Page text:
Cry me a Borehole

Many in the West consider access to clean water a basic human right. In Africa, we consider access to water a privilege!

Isn’t it heartbreaking knowing that there’s millions of people who aren’t able to access clean water due to the high costs?

Stone Hill

I live in a shack in Stone Hill, near Cape Town, South Africa. Our ministry, based in Stone Hill, has a church, clinic, crèche, soup kitchen, etc. Clean water is essential, not only to remain safe from disease, but also to maintain our basic health.

Our kitchen, which provides two meals a day for the suffering, requires a fair amount of water daily. But our partners and volunteers struggle to secure water because we use the public supply, which is barely available.

Some of the taps don’t always have water, including the ones in our ministry kitchen and the crèche, so our volunteers walk to other taps with the hope of finding a working one. If their hopes are met, they then carry 20-liter buckets on their heads so that they can cook and clean our premises. Sickness, and the time lost collecting water, robs our entire community in different ways.

Our preschool ministry has little ones from the age of 3 months to 5 years. Water is the No. 1 source of nutrition.  The human body is made of 60 percent water, and this is a clear enough indication of the importance of water.

This is an informal settlement, already faced with challenges of hygiene and malnutrition!

Our teachers are facing struggles of having to pause the classes and walk to the nearest public tap that has water and waste more time boiling it to ready it for the children to drink. Contaminated water causes illness and diseases in children like rashes, intestinal infections, diarrhea, and many other ailments.

Our soccer and netball teams suffer every time they are practicing because there won’t be any drinking water available at our premises for them. And sadly, they cannot afford to buy bottled water.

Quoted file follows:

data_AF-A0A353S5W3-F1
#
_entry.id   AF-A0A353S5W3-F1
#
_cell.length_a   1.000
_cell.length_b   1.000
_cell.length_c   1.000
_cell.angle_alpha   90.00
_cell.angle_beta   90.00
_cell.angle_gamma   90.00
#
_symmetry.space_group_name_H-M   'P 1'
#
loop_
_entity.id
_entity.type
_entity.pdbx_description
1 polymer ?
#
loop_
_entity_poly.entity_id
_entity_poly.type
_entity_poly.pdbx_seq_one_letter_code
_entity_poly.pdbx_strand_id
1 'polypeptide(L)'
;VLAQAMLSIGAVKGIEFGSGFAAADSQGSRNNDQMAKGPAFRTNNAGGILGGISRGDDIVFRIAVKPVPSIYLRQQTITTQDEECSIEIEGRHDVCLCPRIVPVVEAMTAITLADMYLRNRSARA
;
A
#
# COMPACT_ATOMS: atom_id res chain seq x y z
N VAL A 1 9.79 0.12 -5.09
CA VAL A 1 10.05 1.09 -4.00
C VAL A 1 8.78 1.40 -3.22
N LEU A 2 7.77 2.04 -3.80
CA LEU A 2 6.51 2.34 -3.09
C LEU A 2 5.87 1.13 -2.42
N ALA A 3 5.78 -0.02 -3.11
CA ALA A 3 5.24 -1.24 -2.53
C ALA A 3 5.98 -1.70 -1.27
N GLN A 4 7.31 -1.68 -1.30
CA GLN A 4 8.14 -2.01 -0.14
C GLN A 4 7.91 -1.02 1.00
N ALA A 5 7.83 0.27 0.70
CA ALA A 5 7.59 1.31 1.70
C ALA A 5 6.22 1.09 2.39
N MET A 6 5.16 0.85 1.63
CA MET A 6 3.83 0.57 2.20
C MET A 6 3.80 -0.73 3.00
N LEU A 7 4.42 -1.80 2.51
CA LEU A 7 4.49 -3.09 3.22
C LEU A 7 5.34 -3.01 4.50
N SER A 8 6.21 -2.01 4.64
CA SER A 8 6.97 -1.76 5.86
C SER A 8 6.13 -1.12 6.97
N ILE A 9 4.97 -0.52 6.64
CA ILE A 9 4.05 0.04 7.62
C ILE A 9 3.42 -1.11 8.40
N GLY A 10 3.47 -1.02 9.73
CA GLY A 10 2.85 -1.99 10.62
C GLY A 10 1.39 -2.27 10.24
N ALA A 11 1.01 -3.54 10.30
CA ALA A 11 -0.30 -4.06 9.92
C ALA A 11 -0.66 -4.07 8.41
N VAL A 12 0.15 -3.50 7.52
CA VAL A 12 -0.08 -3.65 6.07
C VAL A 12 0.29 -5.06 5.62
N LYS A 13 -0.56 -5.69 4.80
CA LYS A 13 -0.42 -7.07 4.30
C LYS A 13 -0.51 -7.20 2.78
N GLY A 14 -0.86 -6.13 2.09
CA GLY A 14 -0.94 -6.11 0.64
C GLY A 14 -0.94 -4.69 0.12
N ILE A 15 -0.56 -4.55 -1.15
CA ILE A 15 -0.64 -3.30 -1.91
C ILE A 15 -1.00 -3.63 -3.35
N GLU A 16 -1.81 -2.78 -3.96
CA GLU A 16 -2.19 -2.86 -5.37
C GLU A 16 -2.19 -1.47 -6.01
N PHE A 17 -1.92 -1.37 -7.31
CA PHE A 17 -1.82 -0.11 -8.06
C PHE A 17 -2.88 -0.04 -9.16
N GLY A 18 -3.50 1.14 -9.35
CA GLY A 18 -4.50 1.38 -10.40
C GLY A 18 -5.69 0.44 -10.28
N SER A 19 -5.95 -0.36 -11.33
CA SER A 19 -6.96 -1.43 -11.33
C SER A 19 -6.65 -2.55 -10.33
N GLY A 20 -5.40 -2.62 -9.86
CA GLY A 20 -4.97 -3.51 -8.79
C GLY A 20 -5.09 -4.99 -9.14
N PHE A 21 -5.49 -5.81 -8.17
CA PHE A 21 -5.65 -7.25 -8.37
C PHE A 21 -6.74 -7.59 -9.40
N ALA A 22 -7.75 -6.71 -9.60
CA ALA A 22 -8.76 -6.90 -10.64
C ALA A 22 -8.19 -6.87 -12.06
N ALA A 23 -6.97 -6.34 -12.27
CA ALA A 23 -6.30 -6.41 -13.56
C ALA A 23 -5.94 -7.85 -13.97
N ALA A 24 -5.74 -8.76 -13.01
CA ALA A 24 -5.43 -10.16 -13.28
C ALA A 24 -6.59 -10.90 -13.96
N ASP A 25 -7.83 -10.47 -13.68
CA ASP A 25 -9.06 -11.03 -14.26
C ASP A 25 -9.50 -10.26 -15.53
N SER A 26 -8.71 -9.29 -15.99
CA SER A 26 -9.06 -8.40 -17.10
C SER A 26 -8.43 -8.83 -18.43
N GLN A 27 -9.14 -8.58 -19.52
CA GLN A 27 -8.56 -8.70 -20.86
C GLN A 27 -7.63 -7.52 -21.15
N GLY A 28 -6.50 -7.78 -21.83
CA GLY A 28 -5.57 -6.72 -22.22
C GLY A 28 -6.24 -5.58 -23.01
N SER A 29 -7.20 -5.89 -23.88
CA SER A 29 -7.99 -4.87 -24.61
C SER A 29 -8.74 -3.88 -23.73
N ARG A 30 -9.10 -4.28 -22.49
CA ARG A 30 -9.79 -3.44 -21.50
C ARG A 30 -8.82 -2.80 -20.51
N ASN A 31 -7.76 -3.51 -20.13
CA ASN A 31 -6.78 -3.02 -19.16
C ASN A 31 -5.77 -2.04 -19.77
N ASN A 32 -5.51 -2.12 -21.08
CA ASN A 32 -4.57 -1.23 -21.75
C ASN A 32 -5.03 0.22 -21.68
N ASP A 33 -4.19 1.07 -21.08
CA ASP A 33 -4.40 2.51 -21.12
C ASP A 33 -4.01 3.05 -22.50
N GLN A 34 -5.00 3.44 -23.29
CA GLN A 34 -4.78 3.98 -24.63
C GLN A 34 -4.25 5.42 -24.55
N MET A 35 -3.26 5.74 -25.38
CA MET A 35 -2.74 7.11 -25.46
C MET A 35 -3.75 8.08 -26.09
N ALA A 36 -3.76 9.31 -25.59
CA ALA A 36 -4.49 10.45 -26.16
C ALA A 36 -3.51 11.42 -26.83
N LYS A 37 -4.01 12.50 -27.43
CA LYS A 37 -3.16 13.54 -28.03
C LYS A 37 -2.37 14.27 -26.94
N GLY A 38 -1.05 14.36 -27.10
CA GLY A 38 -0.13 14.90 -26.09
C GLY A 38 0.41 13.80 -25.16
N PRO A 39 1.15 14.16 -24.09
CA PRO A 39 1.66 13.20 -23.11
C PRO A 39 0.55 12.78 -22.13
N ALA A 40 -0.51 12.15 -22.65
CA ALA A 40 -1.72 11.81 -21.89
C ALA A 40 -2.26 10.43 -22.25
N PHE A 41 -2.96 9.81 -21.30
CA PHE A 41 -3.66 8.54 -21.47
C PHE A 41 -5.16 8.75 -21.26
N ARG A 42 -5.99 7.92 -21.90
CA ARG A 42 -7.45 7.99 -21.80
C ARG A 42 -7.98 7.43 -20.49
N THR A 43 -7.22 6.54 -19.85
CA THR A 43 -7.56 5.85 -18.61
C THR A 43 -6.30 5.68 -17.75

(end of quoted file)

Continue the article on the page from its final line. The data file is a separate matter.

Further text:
Not only is there poor access to readily accessible drinking water, but even when water is available, the quality testing is not performed as often as is necessary. An overall lack of education among the people utilizing the water source leads them to believe that if they are getting water from a tap, it is safe. Often, this is far from accurate.


In Zimbabwe, our brothers and sisters in Christ suffer from having to carry water from unclean water sources often miles from villages. Many of the able-bodied members of a community have no choice but to spend hours each day simply finding and transporting water. The typical container used for water collection in Africa (the jerry can) weighs more than 40 pounds when it’s completely full! It is heavy!

The United Nations estimates that Sub-Saharan Africa alone loses 40 billion hours per year just in collecting water. That’s the same as a whole year’s worth of labor by France’s entire workforce! This is invaluable time, just spent on trying to survive.

Enter In Touch Mission International! And their life-saving Project Joseph!

This project is essentially about the Gospel of the Kingdom of God!

“But whoever drinks of the water that I will give him will never be thirsty again. The water that I will give him will become in him a spring of water welling up to eternal life.” John 4:14

Clean water is an essential ingredient for our Project Joseph vegetable gardens, too. If the crops and grains are given contaminated water, the bacteria and disease will spread to those who consume the “fresh” produce. Therefore, water that is used for agriculture must also come from safe and clean sources.

When a water solution is in place, sustainable agriculture is possible. Children can get back to school instead of collecting dirty water all day or being sick from waterborne illnesses. Parents find more time to care for their families, expand minimal farming to sustainable levels, and even run small businesses.

Praise the Lord for our ministry partners who made it possible for us to drill boreholes in our ministry bases. We wouldn’t have made it this far without your love and generosity.

Our water supplies are almost ready; we are now working towards getting water filtration systems in place to filter out salt, chloride, sodium, etc., and other harmful contaminants, before we can use the water.

A water filter provides clean, healthy water for cooking, as well as drinking, at the convenient water taps. Water filters reduce the risk of gastrointestinal disease by more than 80 percent! 

So far, our water at our church facility, near Cape Town, for food production is unbelievably pure. Our water in Stone Hill needs major filtration; and we still need to test our Zimbabwe borehole.

We will keep you posted! 

We are so thankful for your continued prayers and financial support. We are thrilled to have you walking this journey with us.

Blessings to you and yours, 


PS Olga has completed her studies and is ministering full-time with us! Welcome Olga

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